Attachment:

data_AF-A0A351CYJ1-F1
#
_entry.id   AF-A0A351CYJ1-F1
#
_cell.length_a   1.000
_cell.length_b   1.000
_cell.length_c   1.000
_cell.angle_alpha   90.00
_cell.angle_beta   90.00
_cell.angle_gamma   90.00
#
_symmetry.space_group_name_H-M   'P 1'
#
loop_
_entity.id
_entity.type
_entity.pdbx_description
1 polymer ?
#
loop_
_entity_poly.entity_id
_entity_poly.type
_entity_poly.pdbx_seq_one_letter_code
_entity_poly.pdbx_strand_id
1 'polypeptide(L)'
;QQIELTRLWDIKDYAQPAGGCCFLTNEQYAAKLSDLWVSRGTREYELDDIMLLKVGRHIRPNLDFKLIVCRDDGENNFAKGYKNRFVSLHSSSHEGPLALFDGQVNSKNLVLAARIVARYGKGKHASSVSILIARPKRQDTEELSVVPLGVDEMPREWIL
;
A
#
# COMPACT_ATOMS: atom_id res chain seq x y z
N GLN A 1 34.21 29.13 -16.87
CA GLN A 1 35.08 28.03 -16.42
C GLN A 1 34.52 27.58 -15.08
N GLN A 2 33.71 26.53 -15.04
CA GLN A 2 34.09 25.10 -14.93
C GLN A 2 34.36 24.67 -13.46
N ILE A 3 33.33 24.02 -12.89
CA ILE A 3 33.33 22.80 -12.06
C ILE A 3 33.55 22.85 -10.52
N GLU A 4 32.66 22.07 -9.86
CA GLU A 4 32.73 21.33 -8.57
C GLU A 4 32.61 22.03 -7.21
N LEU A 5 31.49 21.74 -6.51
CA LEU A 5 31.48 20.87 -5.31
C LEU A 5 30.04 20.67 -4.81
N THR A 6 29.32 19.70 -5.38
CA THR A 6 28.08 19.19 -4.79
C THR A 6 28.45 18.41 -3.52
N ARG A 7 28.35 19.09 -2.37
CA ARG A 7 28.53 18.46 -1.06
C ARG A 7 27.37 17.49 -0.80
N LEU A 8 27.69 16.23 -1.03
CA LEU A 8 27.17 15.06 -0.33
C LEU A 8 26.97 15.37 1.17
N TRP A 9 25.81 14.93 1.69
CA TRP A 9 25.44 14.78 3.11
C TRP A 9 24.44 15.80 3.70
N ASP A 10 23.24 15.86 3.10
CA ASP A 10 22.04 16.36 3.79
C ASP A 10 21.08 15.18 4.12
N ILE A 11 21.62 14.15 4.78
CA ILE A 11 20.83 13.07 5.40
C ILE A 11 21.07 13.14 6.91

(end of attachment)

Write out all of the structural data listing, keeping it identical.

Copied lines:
data_AF-A0A351CYJ1-F1
#
_entry.id   AF-A0A351CYJ1-F1
#
_cell.length_a   1.000
_cell.length_b   1.000
_cell.length_c   1.000
_cell.angle_alpha   90.00
_cell.angle_beta   90.00
_cell.angle_gamma   90.00
#
_symmetry.space_group_name_H-M   'P 1'
#
loop_
_entity.id
_entity.type
_entity.pdbx_description
1 polymer ?
#
loop_
_entity_poly.entity_id
_entity_poly.type
_entity_poly.pdbx_seq_one_letter_code
_entity_poly.pdbx_strand_id
1 'polypeptide(L)'
;QQIELTRLWDIKDYAQPAGGCCFLTNEQYAAKLSDLWVSRGTREYELDDIMLLKVGRHIRPNLDFKLIVCRDDGENNFAKGYKNRFVSLHSSSHEGPLALFDGQVNSKNLVLAARIVARYGKGKHASSVSILIARPKRQDTEELSVVPLGVDEMPREWIL
;
A
#
# COMPACT_ATOMS: atom_id res chain seq x y z
N GLN A 1 34.21 29.13 -16.87
CA GLN A 1 35.08 28.03 -16.42
C GLN A 1 34.52 27.58 -15.08
N GLN A 2 33.71 26.53 -15.04
CA GLN A 2 34.09 25.10 -14.93
C GLN A 2 34.36 24.67 -13.46
N ILE A 3 33.33 24.02 -12.89
CA ILE A 3 33.33 22.80 -12.06
C ILE A 3 33.55 22.85 -10.52
N GLU A 4 32.66 22.07 -9.86
CA GLU A 4 32.73 21.33 -8.57
C GLU A 4 32.61 22.03 -7.21
N LEU A 5 31.49 21.74 -6.51
CA LEU A 5 31.48 20.87 -5.31
C LEU A 5 30.04 20.67 -4.81
N THR A 6 29.32 19.70 -5.38
CA THR A 6 28.08 19.19 -4.79
C THR A 6 28.45 18.41 -3.52
N ARG A 7 28.35 19.09 -2.37
CA ARG A 7 28.53 18.46 -1.06
C ARG A 7 27.37 17.49 -0.80
N LEU A 8 27.69 16.23 -1.03
CA LEU A 8 27.17 15.06 -0.33
C LEU A 8 26.97 15.37 1.17
N TRP A 9 25.81 14.93 1.69
CA TRP A 9 25.44 14.78 3.11
C TRP A 9 24.44 15.80 3.70
N ASP A 10 23.24 15.86 3.10
CA ASP A 10 22.04 16.36 3.79
C ASP A 10 21.08 15.18 4.12
N ILE A 11 21.62 14.15 4.78
CA ILE A 11 20.83 13.07 5.40
C ILE A 11 21.07 13.14 6.91